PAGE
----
Posted on: Friday 12 October, 2012 10:18
|School transport to be expanded in stages
The government will spend SR 4 billion on its school transport project during the next five years to eventually provide the service to all school pupils and women teachers in the country.
The government’s Tatweer Education Holding Company (THC) will implement the transport project based on a three-staged plan. The first starts this year — and concludes by the end of 2013 — as the company takes over the responsibilities of the Ministry of Education’s Al-Ameen School Transport project that currently serves 630,000 girl students.
This plan was divulged Sunday during workshops at the first International Conference on School Transport, held at the International Convention and Exhibition Center in Riyadh. The company’s plan also includes women teachers, kindergarten children and special-needs students.
The second stage of the project would be implemented from 2014 to 2016. The number of transported girl pupils would be doubled with the inclusion of a number of boy pupils, to reach a total of 1.2 million pupils transported by about 25,000 buses.
The third stage would start by the end of 2016. At that stage, pupils benefiting from the service are expected to number 2.8 million. Women teachers, kindergarten children, special needs pupils and higher-education female students are also expected to benefit from the service in that phase.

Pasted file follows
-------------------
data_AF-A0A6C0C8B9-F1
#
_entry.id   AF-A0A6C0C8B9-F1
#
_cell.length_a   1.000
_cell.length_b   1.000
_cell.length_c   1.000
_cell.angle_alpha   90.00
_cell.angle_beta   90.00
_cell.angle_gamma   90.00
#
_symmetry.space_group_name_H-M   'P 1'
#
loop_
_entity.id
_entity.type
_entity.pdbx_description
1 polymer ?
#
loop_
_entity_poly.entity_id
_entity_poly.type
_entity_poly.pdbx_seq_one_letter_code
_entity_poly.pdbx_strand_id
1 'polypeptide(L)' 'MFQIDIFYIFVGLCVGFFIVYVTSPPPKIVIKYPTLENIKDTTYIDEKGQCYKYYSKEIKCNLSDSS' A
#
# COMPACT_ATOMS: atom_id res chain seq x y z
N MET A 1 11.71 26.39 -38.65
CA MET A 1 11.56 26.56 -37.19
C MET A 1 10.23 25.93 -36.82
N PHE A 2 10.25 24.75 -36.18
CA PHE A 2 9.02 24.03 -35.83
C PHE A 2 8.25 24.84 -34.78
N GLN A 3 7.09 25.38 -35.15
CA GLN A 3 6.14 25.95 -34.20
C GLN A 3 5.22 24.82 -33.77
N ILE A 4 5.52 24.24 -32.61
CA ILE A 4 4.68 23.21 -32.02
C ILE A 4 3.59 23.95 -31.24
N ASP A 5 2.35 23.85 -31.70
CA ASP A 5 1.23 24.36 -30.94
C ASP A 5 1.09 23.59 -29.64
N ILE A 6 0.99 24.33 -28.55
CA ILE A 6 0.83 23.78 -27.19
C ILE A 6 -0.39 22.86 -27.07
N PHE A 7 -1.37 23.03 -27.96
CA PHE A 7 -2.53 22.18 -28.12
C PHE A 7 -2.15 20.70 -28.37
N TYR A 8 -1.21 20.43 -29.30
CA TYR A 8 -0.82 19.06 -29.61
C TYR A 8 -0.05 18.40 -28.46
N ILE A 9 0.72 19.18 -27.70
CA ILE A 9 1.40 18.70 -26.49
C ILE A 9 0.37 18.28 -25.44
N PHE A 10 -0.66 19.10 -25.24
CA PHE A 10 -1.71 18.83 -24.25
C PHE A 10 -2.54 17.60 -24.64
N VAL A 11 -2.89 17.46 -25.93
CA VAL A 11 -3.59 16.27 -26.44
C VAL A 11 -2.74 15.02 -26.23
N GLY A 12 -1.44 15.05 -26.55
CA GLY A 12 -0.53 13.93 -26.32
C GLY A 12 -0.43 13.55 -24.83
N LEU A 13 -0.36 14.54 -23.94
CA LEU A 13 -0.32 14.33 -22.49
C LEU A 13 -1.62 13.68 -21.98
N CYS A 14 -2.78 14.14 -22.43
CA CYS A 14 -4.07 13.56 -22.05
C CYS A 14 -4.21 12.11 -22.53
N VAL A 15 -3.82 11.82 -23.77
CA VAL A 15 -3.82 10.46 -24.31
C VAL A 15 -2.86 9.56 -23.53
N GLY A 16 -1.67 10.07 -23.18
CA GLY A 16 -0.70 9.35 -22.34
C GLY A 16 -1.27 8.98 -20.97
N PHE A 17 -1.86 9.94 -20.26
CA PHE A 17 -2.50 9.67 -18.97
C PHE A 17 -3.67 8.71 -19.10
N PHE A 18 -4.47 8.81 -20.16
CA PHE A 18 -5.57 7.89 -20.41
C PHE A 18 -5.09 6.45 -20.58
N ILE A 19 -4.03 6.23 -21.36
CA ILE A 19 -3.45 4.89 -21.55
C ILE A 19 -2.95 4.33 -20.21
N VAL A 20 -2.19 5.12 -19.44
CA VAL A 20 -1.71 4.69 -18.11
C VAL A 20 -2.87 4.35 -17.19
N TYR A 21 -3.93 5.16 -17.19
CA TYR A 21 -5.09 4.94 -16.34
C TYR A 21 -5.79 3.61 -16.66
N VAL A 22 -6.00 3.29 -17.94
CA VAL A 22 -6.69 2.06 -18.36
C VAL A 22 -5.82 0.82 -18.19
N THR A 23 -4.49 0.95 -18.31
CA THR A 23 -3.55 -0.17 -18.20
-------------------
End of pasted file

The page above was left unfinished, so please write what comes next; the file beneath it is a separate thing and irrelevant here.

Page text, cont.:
The conference included a workshop for transport supervisors at the ministry’s offices around the country. About 200 officials attended the workshop that focused on how to follow up with contractors and the importance of working as one team to manage a development process and guarantee constant development and improvement in the field of educational transport.
The officials discussed methods to follow up, monitor and assess a contractors’ commitment to the conditions and standards of the service, using key performance indicators.
The workshop also reviewed the challenges facing the sector of school transport, such as subcontracts, a lack of supervisors and qualified drivers, in addition to the fact the current buses do not meet the aspired level.
To reach a point where service is introduced as per international standards all-out efforts must be made, the workshop concluded.